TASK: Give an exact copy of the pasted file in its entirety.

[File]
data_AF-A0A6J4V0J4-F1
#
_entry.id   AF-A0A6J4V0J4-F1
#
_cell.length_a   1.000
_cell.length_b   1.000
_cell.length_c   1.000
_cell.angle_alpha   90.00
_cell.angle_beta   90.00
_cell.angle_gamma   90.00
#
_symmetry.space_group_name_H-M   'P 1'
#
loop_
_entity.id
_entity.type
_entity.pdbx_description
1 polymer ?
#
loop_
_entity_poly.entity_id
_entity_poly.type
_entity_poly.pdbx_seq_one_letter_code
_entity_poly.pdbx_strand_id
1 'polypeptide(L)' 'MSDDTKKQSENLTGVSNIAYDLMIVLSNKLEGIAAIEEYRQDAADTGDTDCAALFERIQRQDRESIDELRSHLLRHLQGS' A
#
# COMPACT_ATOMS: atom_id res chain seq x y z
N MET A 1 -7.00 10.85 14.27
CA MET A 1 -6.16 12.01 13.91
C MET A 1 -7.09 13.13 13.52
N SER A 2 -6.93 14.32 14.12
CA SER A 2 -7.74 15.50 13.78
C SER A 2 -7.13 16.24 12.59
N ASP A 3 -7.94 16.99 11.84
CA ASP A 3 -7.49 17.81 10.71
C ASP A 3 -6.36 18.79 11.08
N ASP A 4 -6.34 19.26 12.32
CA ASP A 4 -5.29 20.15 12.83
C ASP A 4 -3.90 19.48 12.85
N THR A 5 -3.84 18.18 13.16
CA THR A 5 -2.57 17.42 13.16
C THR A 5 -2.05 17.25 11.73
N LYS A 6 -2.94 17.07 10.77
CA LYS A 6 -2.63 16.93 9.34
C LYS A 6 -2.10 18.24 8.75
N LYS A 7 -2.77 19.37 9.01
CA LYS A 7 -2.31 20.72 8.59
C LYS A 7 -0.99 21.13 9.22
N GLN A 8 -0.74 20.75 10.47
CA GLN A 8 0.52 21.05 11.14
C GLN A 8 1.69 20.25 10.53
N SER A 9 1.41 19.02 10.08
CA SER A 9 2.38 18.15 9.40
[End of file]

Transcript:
data_AF-A0A6J4V0J4-F1
#
_entry.id   AF-A0A6J4V0J4-F1
#
_cell.length_a   1.000
_cell.length_b   1.000
_cell.length_c   1.000
_cell.angle_alpha   90.00
_cell.angle_beta   90.00
_cell.angle_gamma   90.00
#
_symmetry.space_group_name_H-M   'P 1'
#
loop_
_entity.id
_entity.type
_entity.pdbx_description
1 polymer ?
#
loop_
_entity_poly.entity_id
_entity_poly.type
_entity_poly.pdbx_seq_one_letter_code
_entity_poly.pdbx_strand_id
1 'polypeptide(L)' 'MSDDTKKQSENLTGVSNIAYDLMIVLSNKLEGIAAIEEYRQDAADTGDTDCAALFERIQRQDRESIDELRSHLLRHLQGS' A
#
# COMPACT_ATOMS: atom_id res chain seq x y z
N MET A 1 -7.00 10.85 14.27
CA MET A 1 -6.16 12.01 13.91
C MET A 1 -7.09 13.13 13.52
N SER A 2 -6.93 14.32 14.12
CA SER A 2 -7.74 15.50 13.78
C SER A 2 -7.13 16.24 12.59
N ASP A 3 -7.94 16.99 11.84
CA ASP A 3 -7.49 17.81 10.71
C ASP A 3 -6.36 18.79 11.08
N ASP A 4 -6.34 19.26 12.32
CA ASP A 4 -5.29 20.15 12.83
C ASP A 4 -3.90 19.48 12.85
N THR A 5 -3.84 18.18 13.16
CA THR A 5 -2.57 17.42 13.16
C THR A 5 -2.05 17.25 11.73
N LYS A 6 -2.94 17.07 10.77
CA LYS A 6 -2.63 16.93 9.34
C LYS A 6 -2.10 18.24 8.75
N LYS A 7 -2.77 19.37 9.01
CA LYS A 7 -2.31 20.72 8.59
C LYS A 7 -0.99 21.13 9.22
N GLN A 8 -0.74 20.75 10.47
CA GLN A 8 0.52 21.05 11.14
C GLN A 8 1.69 20.25 10.53
N SER A 9 1.41 19.02 10.08
CA SER A 9 2.38 18.15 9.40